We can surely agree that there is both long term memory and short term memory. How is swimming affected by this? And what the heck does swink mean?
When we are young we experience the world with a blank slate. Once we have practiced new things long enough, in our short term memory, like walking or talking, they are moved into long term memory. Simply speaking you can do them without actively thinking. So then our thoughts get on with more important things while we continue to control our formerly difficult actions through our long term memory.
However like language, small changes begin to emerge; like a local dialect. Similarly, as vehicle drivers, we cut corners, fail to signal properly, roll through stop signs, hold the steering wheel with one hand, and are distracted by roadside curiosities or mobile phones. Vigilant driving can save your life, but concentration takes practice, bad habits can surreptitiously form.
Laziness is not the only guilty party to weaken habits. Sometimes a change happens due to an adjustment to an event. For example if you miscounted your strokes into the wall on backstroke and smashed into the wall. After that you may always slow down into the wall and look rather than count strokes making your turn slower than it should be. Maybe you hit another swimmer head-on. After that you will swim looking forwards with your head up high. Another example is a swimmer may have swallowed a lot of water and so they change to raise up their head very high to get their mouth far from the surface. If a swimmer doesn’t know they have changed then they won’t change. So it becomes their new ‘normal’.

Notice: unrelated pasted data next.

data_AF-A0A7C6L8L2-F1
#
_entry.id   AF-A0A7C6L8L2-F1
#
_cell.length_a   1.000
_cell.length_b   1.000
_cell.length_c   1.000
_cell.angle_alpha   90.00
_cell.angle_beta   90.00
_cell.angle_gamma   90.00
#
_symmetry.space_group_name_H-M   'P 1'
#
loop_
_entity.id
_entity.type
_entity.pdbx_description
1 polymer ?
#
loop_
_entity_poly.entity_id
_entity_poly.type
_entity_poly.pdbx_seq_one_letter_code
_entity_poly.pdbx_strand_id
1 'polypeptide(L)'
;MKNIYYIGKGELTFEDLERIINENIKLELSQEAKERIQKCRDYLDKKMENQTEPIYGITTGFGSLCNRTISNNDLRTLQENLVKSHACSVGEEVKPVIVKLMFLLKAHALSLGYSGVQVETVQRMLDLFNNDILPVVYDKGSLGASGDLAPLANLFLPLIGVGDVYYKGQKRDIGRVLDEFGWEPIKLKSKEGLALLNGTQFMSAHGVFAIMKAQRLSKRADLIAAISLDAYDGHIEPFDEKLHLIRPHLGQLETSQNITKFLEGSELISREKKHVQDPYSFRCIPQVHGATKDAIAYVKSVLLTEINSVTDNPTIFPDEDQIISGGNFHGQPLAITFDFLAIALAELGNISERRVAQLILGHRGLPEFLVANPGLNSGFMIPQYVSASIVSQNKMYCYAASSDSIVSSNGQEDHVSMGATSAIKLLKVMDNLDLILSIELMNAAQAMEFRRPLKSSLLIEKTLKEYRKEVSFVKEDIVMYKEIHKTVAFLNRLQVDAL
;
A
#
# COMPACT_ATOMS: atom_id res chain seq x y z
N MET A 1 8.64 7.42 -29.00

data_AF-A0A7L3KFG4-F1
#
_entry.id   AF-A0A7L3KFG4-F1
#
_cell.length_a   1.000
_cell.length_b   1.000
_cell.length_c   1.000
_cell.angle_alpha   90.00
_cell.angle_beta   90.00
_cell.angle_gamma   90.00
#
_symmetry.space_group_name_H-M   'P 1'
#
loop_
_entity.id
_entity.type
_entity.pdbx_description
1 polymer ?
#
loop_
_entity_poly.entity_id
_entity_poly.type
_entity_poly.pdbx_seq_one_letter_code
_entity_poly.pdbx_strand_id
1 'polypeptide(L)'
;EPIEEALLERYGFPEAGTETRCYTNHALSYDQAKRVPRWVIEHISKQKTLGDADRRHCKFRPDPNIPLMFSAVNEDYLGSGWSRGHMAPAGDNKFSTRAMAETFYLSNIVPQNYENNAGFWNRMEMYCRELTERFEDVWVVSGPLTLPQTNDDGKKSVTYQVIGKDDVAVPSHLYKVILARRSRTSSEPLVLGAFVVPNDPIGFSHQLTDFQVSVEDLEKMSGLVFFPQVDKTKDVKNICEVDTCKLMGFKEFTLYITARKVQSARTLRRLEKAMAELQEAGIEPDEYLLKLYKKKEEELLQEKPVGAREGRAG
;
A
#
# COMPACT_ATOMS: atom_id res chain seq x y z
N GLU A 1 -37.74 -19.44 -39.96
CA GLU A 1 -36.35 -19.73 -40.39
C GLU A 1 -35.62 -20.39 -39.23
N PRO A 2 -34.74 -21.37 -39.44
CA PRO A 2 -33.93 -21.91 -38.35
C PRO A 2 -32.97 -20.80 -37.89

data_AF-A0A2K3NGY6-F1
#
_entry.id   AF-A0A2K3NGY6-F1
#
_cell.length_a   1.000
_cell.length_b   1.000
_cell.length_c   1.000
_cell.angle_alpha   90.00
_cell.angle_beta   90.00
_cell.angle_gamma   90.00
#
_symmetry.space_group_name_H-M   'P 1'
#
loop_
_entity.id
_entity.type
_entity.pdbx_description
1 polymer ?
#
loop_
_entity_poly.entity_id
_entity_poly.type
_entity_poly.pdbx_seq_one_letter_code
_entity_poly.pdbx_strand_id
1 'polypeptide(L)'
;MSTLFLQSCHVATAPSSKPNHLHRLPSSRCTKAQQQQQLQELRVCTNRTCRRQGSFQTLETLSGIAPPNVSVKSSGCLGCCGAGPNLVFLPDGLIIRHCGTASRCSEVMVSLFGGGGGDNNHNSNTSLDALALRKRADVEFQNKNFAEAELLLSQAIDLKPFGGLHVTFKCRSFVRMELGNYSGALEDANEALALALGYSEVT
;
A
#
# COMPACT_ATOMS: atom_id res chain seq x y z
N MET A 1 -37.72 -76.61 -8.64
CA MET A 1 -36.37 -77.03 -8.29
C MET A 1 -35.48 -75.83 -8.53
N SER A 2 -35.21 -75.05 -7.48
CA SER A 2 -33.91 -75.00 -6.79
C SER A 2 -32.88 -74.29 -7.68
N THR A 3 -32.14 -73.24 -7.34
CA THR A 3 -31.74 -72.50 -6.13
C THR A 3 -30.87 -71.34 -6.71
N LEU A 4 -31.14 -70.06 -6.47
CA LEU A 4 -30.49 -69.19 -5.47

An inexperienced instructor or coach may innocently describe a stroke section completely wrong but it may still give some forward propulsion so its left as ‘good enough’. Sometimes a problem is too difficult to fix and has exasperated the coach like the ubiquitous horror: inverted breaststroke kick. These things must be changed.
Our brain learns how to do things by creating and sending a complex message to our body. I describe that messaging process, and how it becomes normal to swimmers, like this: The first person to walk across a field covered in snow has a tough time but importantly they leave a steps. The next person follows those same steps and over time a path is created. To move out of that path requires a change and is much harder than staying in the path. Creating a new path right next to the original path can be tricky. Paths that are very close together can trick you into the original because it’s an easier and more established way. To create a new path takes vigilance and then to make a change you must swim AND think: swink.
Once a new path is created then it will move into long term memory and an automatic system starts to take over. To change a stroke, a swimmer must be explained how and why, plus some experimental drills developed, to learn the new skill. A swimmer then can understand why they are making the change and then are more aware of the reasons behind it. Then the stroke must be monitored periodically to ensure it has been successful.
When making changes, one change is enough, but two is possible if it is an interrelated action. This makes monitoring easier for both the swimmer and coach.
In a 1-2-1 scenario changes can be made easily and quickly. From that point onwards swinking is essential until the new stroke moves into long term memory. A new path has been created and the old path becomes covered over.
Without swinking you will sink.